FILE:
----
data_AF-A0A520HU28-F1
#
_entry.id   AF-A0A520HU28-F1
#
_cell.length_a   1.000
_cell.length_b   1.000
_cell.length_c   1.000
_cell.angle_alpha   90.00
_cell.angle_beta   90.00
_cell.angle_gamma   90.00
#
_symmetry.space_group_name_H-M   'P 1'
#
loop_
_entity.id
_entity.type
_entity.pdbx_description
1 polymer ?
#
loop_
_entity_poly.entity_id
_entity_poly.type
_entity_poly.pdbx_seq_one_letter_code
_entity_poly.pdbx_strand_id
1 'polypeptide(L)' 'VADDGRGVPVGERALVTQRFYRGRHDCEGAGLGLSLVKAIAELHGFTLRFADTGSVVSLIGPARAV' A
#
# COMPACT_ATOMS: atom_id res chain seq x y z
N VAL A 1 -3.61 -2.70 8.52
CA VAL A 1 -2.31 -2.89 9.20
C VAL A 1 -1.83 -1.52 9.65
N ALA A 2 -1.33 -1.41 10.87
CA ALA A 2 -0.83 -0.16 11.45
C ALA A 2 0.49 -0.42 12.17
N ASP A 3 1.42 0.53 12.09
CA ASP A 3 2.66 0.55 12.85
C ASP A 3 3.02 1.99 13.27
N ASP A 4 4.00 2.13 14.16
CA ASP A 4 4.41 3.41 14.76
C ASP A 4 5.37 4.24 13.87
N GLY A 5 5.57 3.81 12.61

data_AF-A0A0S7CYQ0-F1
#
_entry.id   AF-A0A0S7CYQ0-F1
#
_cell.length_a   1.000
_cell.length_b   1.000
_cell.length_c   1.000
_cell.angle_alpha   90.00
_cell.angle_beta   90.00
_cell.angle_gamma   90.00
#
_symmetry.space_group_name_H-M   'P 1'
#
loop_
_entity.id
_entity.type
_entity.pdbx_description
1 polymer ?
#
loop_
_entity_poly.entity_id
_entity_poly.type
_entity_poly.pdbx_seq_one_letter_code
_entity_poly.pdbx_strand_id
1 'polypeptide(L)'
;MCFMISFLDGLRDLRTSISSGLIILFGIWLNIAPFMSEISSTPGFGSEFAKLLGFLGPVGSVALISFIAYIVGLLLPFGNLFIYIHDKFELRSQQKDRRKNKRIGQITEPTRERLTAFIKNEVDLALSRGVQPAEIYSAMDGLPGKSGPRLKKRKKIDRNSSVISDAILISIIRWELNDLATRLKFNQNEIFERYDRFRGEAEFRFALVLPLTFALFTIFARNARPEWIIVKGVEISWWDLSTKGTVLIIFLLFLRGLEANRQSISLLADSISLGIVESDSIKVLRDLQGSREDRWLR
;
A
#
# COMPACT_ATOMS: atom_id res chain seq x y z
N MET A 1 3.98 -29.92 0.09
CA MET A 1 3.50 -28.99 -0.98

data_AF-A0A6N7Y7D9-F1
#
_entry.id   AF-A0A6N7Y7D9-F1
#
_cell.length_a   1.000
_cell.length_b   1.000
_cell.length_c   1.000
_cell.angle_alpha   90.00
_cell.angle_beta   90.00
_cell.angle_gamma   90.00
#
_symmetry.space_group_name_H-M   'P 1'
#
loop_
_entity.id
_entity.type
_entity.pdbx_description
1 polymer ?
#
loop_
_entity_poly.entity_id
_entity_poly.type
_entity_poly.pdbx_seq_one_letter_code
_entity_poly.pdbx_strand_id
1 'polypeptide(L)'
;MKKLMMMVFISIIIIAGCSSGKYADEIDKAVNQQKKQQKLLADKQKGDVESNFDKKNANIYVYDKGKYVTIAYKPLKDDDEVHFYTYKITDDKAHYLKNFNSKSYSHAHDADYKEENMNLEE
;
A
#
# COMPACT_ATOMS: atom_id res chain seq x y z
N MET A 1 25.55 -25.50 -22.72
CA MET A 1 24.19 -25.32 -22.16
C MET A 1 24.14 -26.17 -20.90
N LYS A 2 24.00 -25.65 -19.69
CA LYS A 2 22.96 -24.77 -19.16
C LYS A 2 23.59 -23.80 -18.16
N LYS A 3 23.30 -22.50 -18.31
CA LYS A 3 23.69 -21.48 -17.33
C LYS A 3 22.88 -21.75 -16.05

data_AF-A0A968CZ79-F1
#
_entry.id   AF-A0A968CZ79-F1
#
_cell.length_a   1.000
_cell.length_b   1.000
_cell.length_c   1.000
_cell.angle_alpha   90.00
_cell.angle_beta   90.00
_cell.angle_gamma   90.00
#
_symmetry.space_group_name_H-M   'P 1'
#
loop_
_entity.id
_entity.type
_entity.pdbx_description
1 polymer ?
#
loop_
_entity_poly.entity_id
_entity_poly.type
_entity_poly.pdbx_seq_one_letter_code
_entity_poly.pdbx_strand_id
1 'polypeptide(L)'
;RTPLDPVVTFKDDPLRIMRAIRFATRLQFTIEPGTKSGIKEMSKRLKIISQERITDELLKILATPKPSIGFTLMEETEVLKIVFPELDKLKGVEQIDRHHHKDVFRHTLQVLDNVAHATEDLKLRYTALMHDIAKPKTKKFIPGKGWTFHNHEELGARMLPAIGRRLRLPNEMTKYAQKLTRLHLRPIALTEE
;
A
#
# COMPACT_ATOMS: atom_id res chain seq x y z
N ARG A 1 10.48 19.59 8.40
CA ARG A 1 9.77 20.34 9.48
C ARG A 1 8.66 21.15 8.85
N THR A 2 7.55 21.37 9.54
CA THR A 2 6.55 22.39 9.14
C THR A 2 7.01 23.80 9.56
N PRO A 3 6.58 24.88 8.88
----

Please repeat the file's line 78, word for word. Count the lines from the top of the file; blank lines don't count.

_cell.length_b   1.000